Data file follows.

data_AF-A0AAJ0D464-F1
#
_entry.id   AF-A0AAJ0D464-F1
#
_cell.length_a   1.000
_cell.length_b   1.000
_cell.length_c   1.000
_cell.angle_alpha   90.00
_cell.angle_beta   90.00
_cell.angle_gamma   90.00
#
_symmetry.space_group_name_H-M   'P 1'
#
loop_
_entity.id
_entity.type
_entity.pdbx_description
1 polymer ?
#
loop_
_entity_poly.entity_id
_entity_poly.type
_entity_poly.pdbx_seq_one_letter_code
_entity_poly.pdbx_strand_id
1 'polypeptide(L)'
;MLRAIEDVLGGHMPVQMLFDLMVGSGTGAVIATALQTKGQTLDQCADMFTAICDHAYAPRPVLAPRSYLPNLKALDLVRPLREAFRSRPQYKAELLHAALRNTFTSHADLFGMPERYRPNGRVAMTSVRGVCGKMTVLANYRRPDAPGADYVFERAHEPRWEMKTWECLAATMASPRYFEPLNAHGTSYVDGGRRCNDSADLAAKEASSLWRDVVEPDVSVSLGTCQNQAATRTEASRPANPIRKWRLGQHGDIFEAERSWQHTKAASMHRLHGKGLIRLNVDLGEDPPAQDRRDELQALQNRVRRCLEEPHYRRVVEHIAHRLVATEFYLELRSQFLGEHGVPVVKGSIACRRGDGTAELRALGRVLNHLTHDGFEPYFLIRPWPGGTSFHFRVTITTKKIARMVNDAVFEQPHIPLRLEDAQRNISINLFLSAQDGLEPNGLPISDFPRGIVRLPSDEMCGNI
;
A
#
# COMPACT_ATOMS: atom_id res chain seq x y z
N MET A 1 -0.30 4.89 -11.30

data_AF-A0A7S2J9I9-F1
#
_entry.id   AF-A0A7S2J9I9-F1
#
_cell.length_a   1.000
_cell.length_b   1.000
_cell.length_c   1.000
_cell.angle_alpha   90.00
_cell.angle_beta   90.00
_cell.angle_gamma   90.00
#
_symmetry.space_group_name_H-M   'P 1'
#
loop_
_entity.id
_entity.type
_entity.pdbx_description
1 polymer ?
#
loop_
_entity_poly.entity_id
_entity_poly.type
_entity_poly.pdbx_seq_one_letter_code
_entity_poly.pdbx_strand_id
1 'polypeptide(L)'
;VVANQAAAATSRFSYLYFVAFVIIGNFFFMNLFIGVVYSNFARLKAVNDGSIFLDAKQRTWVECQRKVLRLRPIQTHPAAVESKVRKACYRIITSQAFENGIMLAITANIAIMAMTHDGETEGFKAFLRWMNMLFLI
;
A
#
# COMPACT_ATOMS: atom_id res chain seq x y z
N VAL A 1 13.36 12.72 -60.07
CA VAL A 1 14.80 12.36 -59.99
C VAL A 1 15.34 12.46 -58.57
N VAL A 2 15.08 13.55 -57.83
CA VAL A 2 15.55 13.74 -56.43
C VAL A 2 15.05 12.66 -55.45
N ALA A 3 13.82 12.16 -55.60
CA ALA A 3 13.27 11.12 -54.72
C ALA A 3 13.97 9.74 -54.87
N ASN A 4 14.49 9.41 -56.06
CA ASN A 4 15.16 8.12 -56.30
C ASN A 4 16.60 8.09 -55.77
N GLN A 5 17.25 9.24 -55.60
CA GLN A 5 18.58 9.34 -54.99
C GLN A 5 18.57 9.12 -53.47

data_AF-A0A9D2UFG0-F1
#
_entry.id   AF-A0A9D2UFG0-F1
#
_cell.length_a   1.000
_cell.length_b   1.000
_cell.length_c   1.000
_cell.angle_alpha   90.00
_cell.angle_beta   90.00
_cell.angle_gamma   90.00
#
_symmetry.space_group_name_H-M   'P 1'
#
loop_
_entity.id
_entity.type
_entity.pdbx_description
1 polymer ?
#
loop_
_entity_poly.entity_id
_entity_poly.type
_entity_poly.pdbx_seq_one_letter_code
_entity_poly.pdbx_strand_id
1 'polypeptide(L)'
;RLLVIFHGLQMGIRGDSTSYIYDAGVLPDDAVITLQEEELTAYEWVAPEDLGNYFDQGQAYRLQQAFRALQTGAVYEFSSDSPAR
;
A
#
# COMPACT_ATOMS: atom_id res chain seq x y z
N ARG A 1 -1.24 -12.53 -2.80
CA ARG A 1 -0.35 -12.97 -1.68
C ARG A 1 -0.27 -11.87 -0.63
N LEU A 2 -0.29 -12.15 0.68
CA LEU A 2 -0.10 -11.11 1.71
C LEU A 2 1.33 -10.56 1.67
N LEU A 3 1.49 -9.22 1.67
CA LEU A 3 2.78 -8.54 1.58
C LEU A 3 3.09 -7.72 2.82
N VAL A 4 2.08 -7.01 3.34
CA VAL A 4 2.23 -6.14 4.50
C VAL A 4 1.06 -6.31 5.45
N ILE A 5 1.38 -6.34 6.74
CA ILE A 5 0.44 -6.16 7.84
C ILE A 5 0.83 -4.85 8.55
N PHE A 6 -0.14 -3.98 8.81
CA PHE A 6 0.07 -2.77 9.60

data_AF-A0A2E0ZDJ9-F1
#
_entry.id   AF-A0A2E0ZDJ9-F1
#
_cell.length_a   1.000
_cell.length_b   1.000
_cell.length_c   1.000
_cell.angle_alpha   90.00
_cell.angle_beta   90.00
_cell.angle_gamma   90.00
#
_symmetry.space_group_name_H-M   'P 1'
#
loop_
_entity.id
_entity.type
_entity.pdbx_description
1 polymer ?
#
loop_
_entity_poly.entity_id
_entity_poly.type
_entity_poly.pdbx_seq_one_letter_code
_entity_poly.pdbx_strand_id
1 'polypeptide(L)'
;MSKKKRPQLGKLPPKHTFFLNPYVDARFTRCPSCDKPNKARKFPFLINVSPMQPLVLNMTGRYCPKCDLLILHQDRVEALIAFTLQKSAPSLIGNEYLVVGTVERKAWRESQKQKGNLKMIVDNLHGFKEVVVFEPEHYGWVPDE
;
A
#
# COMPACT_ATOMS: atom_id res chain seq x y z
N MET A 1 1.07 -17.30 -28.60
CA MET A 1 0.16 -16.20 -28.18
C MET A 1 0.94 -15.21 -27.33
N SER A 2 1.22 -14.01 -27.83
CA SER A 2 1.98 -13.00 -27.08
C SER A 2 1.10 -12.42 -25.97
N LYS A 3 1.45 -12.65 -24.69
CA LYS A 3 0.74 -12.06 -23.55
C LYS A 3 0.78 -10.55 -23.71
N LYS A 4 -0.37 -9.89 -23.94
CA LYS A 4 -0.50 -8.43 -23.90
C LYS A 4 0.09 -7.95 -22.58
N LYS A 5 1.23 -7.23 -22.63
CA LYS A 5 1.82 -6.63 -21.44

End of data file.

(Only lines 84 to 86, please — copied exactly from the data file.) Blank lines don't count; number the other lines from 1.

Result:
_cell.angle_alpha   90.00
_cell.angle_beta   90.00
_cell.angle_gamma   90.00